During the middle of the twentieth century, the great German theologian Dietrich Bonhoeffer wrote that the Western world was a “world come of age,” by which he did not intend a compliment; he meant that Westerners had learned to manage life without reference to God and that life without God is deeply unhealthy for individuals [ Read More ]
Tag "Charles Taylor"
In the last century, our social order has been radically desacralized. Theologian Dietrich Bonhoeffer described this as a “world come of age,” in which Westerners attempt to manage life without God. Sociologist Philip Rieff deemed this a third era in world history, an age in which social order has been severed from sacred order and in which the West’s [ Read More ]
In 1974, British theologian Lesslie Newbigin returned to England after four decades of serving as a missionary to India. Back in Europe, he wrestled with a pressing question: How to preach the gospel to the West? He believed the Western church had unconsciously been captured by secular ideology. Rather than viewing the Bible’s narrative as [ Read More ]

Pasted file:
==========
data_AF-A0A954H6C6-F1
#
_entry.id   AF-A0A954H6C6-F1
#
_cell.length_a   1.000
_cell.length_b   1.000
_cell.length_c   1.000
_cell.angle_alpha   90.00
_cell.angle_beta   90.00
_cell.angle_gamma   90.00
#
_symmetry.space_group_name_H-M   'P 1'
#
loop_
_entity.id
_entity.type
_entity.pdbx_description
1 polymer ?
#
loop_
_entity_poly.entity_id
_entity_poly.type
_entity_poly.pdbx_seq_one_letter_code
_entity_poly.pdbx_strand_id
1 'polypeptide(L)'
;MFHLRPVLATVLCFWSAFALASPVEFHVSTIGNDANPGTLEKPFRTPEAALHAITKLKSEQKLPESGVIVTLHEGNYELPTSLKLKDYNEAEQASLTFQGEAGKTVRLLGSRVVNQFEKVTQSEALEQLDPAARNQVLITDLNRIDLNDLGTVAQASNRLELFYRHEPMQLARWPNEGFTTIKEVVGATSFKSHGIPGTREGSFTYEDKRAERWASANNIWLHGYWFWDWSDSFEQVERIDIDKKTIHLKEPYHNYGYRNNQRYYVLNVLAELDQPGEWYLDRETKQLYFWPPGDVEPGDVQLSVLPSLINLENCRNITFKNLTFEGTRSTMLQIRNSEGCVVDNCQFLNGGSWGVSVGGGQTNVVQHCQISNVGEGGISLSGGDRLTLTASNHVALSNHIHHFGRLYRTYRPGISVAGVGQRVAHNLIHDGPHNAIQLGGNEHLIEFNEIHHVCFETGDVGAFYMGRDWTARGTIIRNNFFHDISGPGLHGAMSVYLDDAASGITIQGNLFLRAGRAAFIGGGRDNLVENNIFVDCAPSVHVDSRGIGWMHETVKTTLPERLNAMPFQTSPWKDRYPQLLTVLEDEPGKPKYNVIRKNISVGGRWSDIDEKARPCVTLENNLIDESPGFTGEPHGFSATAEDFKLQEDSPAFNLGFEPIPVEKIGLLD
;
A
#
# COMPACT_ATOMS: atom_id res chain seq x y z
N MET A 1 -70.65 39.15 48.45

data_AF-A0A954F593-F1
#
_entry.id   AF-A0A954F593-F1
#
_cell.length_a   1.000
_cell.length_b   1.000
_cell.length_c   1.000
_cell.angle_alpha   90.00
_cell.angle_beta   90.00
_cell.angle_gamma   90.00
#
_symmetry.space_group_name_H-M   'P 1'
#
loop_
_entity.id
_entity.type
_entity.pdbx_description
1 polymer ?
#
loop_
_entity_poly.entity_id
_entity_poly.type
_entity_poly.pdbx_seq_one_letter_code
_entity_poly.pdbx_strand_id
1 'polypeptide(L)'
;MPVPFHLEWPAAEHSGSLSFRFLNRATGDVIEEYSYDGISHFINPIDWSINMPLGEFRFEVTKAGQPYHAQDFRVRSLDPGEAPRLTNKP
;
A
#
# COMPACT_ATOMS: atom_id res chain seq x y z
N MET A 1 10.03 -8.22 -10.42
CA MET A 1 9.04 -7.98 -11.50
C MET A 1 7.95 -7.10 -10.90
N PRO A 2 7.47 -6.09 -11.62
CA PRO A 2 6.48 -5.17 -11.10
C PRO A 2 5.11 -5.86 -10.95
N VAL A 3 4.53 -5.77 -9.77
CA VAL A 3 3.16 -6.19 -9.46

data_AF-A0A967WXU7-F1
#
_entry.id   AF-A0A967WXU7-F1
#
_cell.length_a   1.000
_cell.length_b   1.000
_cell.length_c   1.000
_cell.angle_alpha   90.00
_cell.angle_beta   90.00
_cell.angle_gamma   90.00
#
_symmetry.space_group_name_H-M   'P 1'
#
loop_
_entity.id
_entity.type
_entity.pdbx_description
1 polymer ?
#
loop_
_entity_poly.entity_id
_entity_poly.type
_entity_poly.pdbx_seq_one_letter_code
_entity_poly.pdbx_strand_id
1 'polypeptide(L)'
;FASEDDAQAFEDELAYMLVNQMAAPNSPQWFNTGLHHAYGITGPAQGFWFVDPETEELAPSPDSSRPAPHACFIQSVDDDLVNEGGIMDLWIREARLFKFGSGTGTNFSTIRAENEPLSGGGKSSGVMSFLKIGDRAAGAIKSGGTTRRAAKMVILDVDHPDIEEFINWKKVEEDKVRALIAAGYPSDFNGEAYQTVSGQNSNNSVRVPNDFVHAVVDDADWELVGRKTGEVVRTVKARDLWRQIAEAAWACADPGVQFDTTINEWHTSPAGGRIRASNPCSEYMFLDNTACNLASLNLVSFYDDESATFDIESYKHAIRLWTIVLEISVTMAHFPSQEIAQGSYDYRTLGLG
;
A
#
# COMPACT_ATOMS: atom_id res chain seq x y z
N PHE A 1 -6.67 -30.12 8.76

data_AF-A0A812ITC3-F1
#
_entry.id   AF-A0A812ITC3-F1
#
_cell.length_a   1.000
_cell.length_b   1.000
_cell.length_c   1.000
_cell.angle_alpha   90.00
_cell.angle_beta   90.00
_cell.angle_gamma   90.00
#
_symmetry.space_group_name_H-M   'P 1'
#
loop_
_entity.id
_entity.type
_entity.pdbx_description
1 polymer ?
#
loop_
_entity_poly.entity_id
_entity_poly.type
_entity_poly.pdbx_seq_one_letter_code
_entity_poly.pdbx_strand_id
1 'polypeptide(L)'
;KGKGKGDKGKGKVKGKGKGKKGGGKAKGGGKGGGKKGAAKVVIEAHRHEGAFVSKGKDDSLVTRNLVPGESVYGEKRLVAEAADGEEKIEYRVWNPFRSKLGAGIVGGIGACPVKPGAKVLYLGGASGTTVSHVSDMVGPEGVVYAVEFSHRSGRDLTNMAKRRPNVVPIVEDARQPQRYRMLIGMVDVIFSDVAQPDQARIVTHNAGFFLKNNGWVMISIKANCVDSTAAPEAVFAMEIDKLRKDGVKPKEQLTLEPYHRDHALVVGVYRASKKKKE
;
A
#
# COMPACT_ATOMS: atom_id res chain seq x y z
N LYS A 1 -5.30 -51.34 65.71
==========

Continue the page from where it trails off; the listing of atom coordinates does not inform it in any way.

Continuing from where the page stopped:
An article in The Spectator recently described Jordan Peterson as “one of the most important thinkers to emerge on the world stage for many years”—and they have a point. Peterson went from being virtually unknown in 2012 to perhaps the most famous public intellectual in the world in 2018. He has more than 2 million followers on YouTube and [ Read More ]
Over the past few years, I’ve been invited to participate in ethics roundtables or seminars sponsored by United States military branches and intelligence agencies. In those seminars, we’ve discussed various topics, such as principles for deciding whether or not to go to war, principles for waging a just war, and principles for facilitating a warrior [ Read More ]
Recently, The Commonweal Project invited me to speak on “Christian Politics in a Secular Age” at their conference in Atlanta, GA. As it turned out, C-SPAN showed up to televise the talk and subsequent Q&A session. The televised talk is divided into roughly five segments: An introductory segment in which I draw upon sociologist Philip Rieff [ Read More ]